This had stayed in my draft for too long.
Now that I can talk about how the liquidity flow had flowed back into the market.
It just shows that liquidity and confidence are the things that drive short term market fluctuation.
Over the long term, we should just hope to take advantage of these flows and hopefully be better position for the future.
Written on 11 - 14th March 2022
There is one thing I take away from my economics class is that demand and supply matter.
Every few years, the emerging market will experience some form of liquidity drain.
Now, there are too much demand for cash and too much supply of stocks and stock prices are going to go down.
So much for economics…
In the US, it is clear that liquidity is being pulled out by the big hedge funds as they receive withdrawal request from their investors. That means that as the hedge funds continue to withdraw cash from the market, the drawdown will spread from the liquid names to the established names and maybe finally to the illiquid names.
Let’s go back to the Asian markets.
Why has the Asian market gone down so severely as well?
Maybe the reason is the same as above that hedge funds in the west with an Asian book needs to liquidate their assets as investors are withdrawing their investment.
Maybe the reason is that there is Covid in China, and things is going to slow down…
Maybe the reason is that China is going to side with Russia and receive a sanction from the west…
Maybe CCP is still going to crackdown on every sector in China and everything is becoming un-investable again…
Maybe we are on the path to War World 3…
Again, this are too much demand for cash and too much supply of stocks and stock prices are going to go down.
Again, so much for economics…
The flight to safety or cash is all in sight now.
If that is the case, what is in it for the Asian investors?
If the US is considered to have deep liquidity, then Hong Kong market has shallow liquidity and would thus experience a more severe drawdown.
The usual name like Baidu, Tencent, Alibaba will be sold off heavily as they provide the highest level of liquidity.
Any smaller cap with some liquidity will be sold off as well.
Now, we can all look in envy to stocks which provide minimal/zero liquidity.
This type of liquidity drawdown happens so periodically in Asia, that most older Asian investors would have gotten so use to it.
If you take valuation into consideration, the drawdown in Asia often look more severe.
The upside for Asian stocks are more cap as well. Liquidity for a bull run in Asia often only comes after a bull run in the US.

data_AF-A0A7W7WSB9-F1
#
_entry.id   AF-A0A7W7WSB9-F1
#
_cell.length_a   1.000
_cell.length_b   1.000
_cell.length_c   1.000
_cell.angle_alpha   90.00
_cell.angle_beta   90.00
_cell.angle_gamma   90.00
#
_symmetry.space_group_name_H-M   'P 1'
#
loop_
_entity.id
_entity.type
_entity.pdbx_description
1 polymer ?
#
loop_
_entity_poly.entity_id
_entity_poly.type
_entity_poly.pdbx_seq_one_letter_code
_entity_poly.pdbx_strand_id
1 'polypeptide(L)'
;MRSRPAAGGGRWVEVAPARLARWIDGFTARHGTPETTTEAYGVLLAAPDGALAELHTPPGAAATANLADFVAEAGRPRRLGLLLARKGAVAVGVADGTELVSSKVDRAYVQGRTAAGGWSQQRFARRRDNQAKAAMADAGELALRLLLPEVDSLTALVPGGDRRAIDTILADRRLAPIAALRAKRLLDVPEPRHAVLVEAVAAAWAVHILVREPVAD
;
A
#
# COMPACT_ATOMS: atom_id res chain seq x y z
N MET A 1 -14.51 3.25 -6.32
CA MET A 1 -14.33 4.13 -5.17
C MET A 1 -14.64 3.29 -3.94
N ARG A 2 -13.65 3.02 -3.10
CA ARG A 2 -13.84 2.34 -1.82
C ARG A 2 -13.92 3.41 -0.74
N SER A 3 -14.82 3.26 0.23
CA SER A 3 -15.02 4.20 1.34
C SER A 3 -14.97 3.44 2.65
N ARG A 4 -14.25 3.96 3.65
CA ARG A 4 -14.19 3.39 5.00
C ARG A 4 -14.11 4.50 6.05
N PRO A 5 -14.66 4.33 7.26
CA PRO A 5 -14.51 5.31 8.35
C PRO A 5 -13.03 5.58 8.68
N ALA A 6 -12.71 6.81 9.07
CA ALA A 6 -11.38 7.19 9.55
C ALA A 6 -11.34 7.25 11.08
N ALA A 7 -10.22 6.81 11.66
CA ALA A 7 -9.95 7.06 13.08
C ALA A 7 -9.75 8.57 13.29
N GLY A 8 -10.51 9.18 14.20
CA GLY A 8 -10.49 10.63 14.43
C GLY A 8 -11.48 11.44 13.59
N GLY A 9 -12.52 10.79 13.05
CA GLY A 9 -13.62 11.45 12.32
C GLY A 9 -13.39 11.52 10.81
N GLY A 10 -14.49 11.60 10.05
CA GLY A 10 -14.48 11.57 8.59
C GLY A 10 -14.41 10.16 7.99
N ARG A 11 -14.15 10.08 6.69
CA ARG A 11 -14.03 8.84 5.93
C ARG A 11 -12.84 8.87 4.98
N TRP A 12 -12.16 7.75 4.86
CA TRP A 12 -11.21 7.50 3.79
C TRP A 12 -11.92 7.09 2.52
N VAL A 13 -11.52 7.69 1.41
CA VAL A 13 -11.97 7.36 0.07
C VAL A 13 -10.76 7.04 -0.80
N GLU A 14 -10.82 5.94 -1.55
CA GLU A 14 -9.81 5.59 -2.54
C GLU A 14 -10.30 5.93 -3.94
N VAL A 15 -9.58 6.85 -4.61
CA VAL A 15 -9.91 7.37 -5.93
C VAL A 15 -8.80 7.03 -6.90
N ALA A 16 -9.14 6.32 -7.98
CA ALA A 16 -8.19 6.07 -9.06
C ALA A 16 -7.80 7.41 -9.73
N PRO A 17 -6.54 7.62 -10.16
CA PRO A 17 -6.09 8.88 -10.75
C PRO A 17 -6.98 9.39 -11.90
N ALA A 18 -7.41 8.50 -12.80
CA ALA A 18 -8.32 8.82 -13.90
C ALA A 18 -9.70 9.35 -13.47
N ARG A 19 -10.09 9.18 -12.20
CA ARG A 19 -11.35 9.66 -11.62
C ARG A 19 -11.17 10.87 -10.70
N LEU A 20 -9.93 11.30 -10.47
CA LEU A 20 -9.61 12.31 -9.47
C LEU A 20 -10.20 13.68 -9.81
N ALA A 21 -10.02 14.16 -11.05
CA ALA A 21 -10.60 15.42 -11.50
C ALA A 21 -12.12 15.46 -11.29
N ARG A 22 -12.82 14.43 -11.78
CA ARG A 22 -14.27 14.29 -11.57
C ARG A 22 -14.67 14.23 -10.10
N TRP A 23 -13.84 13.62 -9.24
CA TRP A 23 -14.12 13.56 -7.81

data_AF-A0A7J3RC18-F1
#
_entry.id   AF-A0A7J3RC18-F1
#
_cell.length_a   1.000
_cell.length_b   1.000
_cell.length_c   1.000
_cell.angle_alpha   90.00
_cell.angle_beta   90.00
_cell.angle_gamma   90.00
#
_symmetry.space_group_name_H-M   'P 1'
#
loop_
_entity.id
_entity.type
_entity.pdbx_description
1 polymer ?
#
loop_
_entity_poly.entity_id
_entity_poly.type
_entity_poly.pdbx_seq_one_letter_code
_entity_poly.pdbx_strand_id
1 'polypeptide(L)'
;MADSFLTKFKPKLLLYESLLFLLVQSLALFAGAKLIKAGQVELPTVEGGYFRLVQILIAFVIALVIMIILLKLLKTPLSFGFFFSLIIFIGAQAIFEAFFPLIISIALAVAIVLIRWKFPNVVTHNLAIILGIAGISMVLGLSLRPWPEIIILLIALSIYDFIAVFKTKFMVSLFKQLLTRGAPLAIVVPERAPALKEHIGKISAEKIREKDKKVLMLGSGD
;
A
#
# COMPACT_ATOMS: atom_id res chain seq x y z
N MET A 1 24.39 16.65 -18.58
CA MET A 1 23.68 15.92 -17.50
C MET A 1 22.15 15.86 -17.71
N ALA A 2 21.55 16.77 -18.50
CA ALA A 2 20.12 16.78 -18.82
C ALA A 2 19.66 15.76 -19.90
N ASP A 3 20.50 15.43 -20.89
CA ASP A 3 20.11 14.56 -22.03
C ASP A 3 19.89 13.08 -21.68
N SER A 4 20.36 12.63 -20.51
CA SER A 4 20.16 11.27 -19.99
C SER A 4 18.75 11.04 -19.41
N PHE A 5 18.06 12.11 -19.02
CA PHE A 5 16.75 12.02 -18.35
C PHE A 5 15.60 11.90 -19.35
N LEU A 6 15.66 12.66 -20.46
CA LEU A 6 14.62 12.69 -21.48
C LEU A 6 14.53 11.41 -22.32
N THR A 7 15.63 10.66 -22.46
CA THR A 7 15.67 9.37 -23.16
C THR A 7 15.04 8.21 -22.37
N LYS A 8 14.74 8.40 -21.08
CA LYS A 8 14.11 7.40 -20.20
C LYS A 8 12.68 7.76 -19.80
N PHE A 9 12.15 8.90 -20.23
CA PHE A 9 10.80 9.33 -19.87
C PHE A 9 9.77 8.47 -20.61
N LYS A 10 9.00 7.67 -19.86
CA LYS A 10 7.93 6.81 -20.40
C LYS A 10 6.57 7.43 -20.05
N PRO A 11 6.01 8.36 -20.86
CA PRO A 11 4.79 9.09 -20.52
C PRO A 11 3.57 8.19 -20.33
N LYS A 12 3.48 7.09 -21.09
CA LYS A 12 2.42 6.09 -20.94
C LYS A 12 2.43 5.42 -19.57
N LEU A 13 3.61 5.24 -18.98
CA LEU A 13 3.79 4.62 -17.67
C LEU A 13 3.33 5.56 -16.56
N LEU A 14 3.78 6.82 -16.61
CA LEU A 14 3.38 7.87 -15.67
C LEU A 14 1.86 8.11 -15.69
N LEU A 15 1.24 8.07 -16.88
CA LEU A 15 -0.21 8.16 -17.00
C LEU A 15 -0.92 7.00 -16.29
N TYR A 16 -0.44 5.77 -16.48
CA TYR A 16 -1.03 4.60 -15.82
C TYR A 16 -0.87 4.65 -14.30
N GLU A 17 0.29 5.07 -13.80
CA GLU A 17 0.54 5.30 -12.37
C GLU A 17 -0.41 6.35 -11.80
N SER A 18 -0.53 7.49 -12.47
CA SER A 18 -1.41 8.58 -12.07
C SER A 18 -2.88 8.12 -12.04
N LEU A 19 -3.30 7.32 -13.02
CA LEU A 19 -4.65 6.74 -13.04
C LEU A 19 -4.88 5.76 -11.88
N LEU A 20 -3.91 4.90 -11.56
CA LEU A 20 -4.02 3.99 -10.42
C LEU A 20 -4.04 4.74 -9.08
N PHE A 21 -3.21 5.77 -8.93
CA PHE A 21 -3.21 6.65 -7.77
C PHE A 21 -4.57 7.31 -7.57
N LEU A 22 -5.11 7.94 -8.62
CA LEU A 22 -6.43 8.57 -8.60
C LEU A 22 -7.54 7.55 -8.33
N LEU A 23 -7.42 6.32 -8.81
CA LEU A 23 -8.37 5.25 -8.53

It meant that Asian investors need to be a mix of trader and investor, where frequent turnover of the portfolio is the way to keep the portfolio above water.
To rub it in, the ample liquidity in the US also meant that there is a good chance that the cash withdrawn from the US market may need to find a home in the US, making the rebound in US much faster.
Minus the geo-political risk, the currency risk, US continue to look like the best bet in the world…
I am not going to give up on the Asian market. This is still my playground where I have been honing my craft for the past 2 decade.
The US market is a harder field to play in and I often feel inept when I am investing with a bunch of “experts”.
I have gradually moved away from my traditional market of Singapore, Malaysia and HongKong and into the market like the US, Australia, Western and Eastern Europe and tragically Russia (which contributed to most of my permanent losses for the month).
Similarly to the Asia, most of the emerging markets are also plague by the lack of liquidity which meant that they may also be plunging.
Maybe, it really pays to stick to the developed market for the sake of liquidity.
Or maybe we should really just ignore the stock market and pretend that we are really investing in companies with no stock quotes.
Or maybe we could lower our expectation so that we are happy with just the dividend received.
As of today, I am down by 6%-7% for the year, it looks like this drawdown would be long and painful indeed.
Unlike previous crisis, I have a mix of investments from all over the world and is facing a slightly lower drawdown than my past experience. Overall, I am surprisingly comfortable with my positions.
Instead of looking at new names, the aim is to continue averaging down on the worst affected part of the portfolio and that means more HongKong stocks is coming into the portfolio.